Leprosy Mailing List – May 7th, 2011 
Ref:     Leprosy supervisors will be conducting dermatology clinic in rural areas
FromJ Mukalay, Kinshasa, Democratic Republic of Congo

Dear Salvatore,
I refer to prof. Ryan’s message (LML May 5th, 2011).  The “Task Force for Skin Care for All” sounds very interesting to us today when leprosy is becoming less endemic and less motivation of field workers.
We have already planned a dermatology workshop for some key leprosy supervisors nurses who will be conducting dermatology clinic in rural areas.
How to get the CD? Any cost?
With regards,
Jean Mukalay
Mr. Jean Mukalay
Technical advisor for The Leprosy Mission Congo
Democratic Republic of Congo

Task Force for Skin Care for All

Leprosy Mailing List – May 5th, 2011 
Ref:  Task Force for Skin Care for All
From: Ryan T., Oxford, UK

Dear Salvatore,
Readers will note the publication of a Task force Skin Care for All contains much relevant to Leprosy.  I have prepared a CD with 44 articles containing the evidence that Community Dermatology has the Capacity to Benefit obtainable from Cindy Froehlich at the HQ of The International Society of Dermatology
Email: info(at)   Our next move is to ensure that there is a workforce sufficiently well-funded to carry out the mission of Skin Care for All.
Terence Ryan

Leprosy indicators in Gabon, 1991-2010

Leprosy Mailing List – May 4th, 2011 
Ref:     Leprosy indicators in Gabon, 1991-2010
From:  Mondjo A., Libreville, Gabon

Dear Salvatore,

Herewith are enclosed the key indicators of the leprosy programme in Gabon during the last twenty years.
Last year we reported 17 patients with WHO grade 2 disability (our population estimated = 1 800 000).  Our rate of new cases with invalidity grade 2 per 100,000 inhabitants is very high (0.93) and Gabon has planned to reduce it by 50% by the year 2015 (that is to say less than 9 cases with disability).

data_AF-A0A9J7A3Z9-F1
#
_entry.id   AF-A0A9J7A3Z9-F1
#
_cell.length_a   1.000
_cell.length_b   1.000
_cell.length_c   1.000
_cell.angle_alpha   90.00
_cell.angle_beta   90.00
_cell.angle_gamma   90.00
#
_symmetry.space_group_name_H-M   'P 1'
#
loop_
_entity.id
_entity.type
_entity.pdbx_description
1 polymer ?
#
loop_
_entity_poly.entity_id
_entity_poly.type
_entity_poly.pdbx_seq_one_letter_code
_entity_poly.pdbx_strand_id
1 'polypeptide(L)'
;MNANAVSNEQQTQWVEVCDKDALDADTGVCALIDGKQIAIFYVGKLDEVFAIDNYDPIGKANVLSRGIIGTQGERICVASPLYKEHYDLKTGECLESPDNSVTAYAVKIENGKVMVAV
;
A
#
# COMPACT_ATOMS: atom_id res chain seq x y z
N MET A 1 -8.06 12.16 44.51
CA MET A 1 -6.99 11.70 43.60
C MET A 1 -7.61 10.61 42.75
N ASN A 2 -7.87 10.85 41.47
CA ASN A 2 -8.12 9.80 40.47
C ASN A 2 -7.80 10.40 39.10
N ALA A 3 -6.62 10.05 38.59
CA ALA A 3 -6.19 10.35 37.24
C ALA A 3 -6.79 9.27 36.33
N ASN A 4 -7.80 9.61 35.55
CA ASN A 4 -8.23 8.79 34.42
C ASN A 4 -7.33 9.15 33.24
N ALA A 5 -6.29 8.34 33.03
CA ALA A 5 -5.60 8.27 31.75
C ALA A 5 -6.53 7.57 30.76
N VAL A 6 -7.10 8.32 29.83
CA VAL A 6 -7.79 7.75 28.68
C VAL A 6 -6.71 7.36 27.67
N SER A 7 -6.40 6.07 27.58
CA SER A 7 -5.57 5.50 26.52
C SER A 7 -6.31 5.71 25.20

Best regards,

Dr Annick MONDJO

Patiet with leprosy awaiting renal transplant

Leprosy Mailing List – May 4th, 2011

Ref:     Patiet with leprosy awaiting renal transplant
From:  V. Jain,  V. Halwai, R Ganapati, Mumbay, India

Dear Dr Noto,
Renal damage due to repeated Type 2 (erythema nodosum leprosum) reaction used to be seen during dapsone monotherapy period.  We (RG) have  observed irreversible nephropathy as the  the cause of death in some such patients in leprosy hospitals.  The science of nephrology was not so advanced in those days.  Since the advent of MDT and effective management of reactions, such morbidity has considerably reduced.
We have been reading with interest the correspondence on the above subject and are keen to know the follow up of the patient.  We may bring to the notice of your readers the abstrct of the article on "renal transplantation in leprosy patients"  reported from Brazil by
Roselino Am, de Almeidia Am, Foss NT, LimaVJ, Raspanti EO, Ferraz AS, in the Int  J. Lepr Other Mycobact Dis, 1993 Mar;61(1): 102-5
"We report four cases of leprosy in renal transplant recipients, two of whom had the disease before transplantation and no signs of relapse even in the presence of immunosuppressive drugs. The other two cases presented with lepromatous and borderline (dimorphous) leprosy 5 months and 5 years after transplantation, respectively. The disease of the last patient was controlled with sulfone even in the presence of immunosuppressive drugs, but the mechanism whereby the first patient rapidly developed lepromatous leprosy is unclear, even though he was a home contact of a patient with lepromatous leprosy (his wife).  In view of the data presented here, we do not contraindicate renal transplantation in patients with leprosy who frequently suffer changes in renal function. We believe that renal function should be periodically evaluated in patients with borderline and lepromatous leprosy".
Thanking you,
Vivika Jain,  Vikas Halwai and R Ganapati,
Bombay Leprosy Project,

Infoleps Choice of new (e) publications on leprosy

Leprosy Mailing List – May 5th, 2011

Ref:  Infoleps Choice of new (e) publications on leprosy 2011 04 26
From: Jiske Erlings, Amsterdam, The Netherlands

Greetings from Infolep!

Have you tried the new website yet?